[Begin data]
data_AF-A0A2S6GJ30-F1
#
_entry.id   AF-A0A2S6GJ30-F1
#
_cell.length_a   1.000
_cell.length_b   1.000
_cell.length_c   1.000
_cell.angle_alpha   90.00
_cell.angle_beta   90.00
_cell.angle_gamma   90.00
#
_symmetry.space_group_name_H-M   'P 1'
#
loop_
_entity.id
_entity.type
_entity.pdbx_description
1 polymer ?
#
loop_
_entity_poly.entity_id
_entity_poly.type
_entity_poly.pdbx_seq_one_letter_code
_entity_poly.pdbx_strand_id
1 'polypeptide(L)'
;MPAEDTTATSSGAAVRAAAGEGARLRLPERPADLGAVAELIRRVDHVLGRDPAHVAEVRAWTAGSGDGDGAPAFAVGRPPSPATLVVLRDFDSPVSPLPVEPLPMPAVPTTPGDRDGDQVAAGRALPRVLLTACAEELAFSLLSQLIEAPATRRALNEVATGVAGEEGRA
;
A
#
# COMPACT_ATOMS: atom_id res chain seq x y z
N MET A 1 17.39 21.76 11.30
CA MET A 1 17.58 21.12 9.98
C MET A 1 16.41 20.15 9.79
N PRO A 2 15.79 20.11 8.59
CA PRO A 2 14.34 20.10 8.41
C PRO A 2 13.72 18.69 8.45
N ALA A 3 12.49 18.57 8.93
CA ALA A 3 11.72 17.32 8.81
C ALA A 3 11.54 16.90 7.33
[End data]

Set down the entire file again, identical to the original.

data_AF-A0A2S6GJ30-F1
#
_entry.id   AF-A0A2S6GJ30-F1
#
_cell.length_a   1.000
_cell.length_b   1.000
_cell.length_c   1.000
_cell.angle_alpha   90.00
_cell.angle_beta   90.00
_cell.angle_gamma   90.00
#
_symmetry.space_group_name_H-M   'P 1'
#
loop_
_entity.id
_entity.type
_entity.pdbx_description
1 polymer ?
#
loop_
_entity_poly.entity_id
_entity_poly.type
_entity_poly.pdbx_seq_one_letter_code
_entity_poly.pdbx_strand_id
1 'polypeptide(L)'
;MPAEDTTATSSGAAVRAAAGEGARLRLPERPADLGAVAELIRRVDHVLGRDPAHVAEVRAWTAGSGDGDGAPAFAVGRPPSPATLVVLRDFDSPVSPLPVEPLPMPAVPTTPGDRDGDQVAAGRALPRVLLTACAEELAFSLLSQLIEAPATRRALNEVATGVAGEEGRA
;
A
#
# COMPACT_ATOMS: atom_id res chain seq x y z
N MET A 1 17.39 21.76 11.30
CA MET A 1 17.58 21.12 9.98
C MET A 1 16.41 20.15 9.79
N PRO A 2 15.79 20.11 8.59
CA PRO A 2 14.34 20.10 8.41
C PRO A 2 13.72 18.69 8.45
N ALA A 3 12.49 18.57 8.93
CA ALA A 3 11.72 17.32 8.81
C ALA A 3 11.54 16.90 7.33